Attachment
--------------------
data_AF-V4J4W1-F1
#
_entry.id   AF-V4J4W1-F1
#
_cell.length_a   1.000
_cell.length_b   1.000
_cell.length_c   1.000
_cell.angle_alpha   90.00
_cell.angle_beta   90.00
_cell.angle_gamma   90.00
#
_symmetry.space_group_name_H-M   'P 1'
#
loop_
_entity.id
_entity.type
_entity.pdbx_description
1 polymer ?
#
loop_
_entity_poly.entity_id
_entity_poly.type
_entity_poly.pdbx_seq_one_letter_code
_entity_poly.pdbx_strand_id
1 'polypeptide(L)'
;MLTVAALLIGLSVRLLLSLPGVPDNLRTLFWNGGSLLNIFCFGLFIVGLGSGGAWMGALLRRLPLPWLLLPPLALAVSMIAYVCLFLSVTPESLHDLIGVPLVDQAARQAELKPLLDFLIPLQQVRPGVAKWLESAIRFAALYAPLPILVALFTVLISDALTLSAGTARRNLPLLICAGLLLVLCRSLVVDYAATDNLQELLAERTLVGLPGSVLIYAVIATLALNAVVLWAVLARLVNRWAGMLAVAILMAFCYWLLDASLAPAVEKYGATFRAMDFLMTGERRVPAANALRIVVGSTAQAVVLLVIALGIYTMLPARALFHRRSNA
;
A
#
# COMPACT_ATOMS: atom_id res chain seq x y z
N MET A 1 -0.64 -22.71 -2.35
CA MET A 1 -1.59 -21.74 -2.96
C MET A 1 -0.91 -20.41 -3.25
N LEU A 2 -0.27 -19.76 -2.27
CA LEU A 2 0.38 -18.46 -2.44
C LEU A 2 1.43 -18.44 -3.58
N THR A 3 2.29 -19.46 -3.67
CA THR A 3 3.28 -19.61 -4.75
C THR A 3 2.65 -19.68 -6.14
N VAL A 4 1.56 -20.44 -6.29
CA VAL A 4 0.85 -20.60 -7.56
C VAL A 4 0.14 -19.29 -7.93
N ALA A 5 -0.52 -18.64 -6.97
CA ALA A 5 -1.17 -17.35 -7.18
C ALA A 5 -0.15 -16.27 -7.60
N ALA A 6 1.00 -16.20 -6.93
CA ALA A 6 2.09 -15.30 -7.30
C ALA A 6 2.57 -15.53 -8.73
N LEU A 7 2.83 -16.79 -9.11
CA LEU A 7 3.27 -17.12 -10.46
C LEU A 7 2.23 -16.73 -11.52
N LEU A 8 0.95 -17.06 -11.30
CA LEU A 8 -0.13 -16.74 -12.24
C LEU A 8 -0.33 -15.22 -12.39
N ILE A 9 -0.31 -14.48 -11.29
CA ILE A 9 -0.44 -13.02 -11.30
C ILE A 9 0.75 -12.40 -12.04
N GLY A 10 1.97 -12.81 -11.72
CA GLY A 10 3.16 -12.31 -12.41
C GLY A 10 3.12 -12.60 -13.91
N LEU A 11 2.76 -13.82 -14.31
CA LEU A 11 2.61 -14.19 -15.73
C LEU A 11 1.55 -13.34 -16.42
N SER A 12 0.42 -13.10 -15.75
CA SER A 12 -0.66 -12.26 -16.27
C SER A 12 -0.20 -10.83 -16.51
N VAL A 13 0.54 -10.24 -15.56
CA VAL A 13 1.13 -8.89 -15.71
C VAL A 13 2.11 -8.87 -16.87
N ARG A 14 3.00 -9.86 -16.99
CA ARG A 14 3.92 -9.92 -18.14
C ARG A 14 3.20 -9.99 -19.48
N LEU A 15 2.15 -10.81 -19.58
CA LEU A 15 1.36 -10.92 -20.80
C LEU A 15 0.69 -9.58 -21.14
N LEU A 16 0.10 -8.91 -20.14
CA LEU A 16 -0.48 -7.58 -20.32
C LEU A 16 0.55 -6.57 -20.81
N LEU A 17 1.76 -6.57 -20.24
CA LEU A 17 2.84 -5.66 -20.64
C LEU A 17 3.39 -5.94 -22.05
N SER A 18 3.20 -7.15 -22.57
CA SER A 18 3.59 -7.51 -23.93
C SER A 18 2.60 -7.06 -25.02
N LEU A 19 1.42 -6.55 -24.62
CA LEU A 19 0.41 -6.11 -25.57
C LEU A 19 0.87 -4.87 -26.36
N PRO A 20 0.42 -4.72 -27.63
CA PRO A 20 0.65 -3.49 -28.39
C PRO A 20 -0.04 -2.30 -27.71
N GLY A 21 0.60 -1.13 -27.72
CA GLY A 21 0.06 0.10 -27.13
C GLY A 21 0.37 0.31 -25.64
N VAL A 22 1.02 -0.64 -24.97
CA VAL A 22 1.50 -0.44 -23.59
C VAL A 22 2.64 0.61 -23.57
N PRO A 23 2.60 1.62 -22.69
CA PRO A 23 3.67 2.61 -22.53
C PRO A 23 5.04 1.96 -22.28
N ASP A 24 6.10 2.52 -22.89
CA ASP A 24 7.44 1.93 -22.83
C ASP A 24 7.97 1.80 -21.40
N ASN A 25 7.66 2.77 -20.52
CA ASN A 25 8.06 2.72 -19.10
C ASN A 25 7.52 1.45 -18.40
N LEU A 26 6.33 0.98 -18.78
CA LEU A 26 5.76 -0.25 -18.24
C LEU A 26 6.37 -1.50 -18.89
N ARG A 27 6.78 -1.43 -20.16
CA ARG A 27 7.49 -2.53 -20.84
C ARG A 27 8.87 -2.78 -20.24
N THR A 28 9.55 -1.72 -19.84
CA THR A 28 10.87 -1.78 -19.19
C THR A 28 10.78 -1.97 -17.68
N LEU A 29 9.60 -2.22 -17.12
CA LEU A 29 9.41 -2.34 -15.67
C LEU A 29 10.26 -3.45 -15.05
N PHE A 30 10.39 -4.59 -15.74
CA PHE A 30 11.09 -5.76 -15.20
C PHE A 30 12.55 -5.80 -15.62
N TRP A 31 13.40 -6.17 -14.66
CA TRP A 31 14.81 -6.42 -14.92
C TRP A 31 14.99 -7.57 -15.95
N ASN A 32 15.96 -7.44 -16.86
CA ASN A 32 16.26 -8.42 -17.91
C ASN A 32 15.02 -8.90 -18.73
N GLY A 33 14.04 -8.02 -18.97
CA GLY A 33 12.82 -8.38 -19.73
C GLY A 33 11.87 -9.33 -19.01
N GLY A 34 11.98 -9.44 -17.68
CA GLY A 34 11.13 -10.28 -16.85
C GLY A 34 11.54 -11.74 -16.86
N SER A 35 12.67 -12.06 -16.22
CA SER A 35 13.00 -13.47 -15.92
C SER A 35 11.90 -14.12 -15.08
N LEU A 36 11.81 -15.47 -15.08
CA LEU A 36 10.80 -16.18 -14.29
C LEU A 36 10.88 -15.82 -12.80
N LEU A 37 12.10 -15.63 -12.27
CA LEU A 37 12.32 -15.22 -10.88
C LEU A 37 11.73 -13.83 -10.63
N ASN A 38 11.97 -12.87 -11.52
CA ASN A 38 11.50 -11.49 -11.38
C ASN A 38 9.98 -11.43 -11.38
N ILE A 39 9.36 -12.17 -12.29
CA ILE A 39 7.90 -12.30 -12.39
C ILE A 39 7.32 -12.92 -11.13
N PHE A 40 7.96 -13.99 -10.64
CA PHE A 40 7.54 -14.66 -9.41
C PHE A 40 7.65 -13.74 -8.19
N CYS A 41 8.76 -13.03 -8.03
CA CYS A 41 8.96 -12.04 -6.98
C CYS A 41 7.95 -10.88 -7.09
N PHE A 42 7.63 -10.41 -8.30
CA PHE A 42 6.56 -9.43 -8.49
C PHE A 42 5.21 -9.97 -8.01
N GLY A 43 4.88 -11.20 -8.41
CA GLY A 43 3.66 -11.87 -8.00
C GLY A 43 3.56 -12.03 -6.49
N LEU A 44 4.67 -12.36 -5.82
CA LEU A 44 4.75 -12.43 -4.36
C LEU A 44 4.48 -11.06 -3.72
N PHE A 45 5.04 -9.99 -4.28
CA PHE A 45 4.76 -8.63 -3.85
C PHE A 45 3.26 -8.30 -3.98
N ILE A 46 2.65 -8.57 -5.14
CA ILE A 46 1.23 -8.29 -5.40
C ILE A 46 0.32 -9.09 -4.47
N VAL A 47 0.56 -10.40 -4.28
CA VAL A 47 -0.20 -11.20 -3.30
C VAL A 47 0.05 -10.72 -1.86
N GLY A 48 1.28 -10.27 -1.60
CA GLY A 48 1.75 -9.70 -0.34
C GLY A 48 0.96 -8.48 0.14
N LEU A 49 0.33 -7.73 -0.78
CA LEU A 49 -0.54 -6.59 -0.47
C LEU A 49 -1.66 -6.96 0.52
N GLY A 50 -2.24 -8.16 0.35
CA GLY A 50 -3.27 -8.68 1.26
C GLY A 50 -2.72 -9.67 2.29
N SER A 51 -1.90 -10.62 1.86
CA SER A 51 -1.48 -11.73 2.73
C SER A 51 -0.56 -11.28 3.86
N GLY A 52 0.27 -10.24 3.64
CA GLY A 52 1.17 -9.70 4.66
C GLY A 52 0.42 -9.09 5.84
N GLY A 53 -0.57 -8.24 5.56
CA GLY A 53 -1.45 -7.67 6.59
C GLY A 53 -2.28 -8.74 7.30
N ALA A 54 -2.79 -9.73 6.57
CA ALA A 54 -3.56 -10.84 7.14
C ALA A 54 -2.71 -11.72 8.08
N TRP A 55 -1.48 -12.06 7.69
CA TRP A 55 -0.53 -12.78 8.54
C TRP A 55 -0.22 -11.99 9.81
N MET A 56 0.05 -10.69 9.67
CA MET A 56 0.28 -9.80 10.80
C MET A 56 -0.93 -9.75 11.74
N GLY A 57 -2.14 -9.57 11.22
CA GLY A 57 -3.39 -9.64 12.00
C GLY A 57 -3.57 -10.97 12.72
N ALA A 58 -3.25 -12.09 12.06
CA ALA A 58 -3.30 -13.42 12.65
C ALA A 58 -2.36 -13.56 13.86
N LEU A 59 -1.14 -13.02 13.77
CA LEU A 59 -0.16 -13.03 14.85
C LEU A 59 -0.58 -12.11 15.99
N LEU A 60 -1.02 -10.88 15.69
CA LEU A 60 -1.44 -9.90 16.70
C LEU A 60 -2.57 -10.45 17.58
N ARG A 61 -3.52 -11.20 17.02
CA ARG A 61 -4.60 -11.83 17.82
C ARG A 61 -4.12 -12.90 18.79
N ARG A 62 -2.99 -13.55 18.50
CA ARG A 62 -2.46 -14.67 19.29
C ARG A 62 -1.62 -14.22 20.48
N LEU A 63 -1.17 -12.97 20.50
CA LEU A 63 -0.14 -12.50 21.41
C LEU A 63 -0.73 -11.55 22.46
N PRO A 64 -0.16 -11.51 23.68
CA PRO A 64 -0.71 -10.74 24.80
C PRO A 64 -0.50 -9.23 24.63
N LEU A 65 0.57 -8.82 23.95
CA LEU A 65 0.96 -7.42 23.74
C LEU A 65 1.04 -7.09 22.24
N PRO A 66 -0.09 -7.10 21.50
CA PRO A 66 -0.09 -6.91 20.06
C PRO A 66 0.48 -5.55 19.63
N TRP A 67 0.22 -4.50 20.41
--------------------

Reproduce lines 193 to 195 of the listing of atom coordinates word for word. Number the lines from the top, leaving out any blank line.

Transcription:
N TRP A 55 -1.48 -12.06 7.69
CA TRP A 55 -0.53 -12.78 8.54
C TRP A 55 -0.22 -11.99 9.81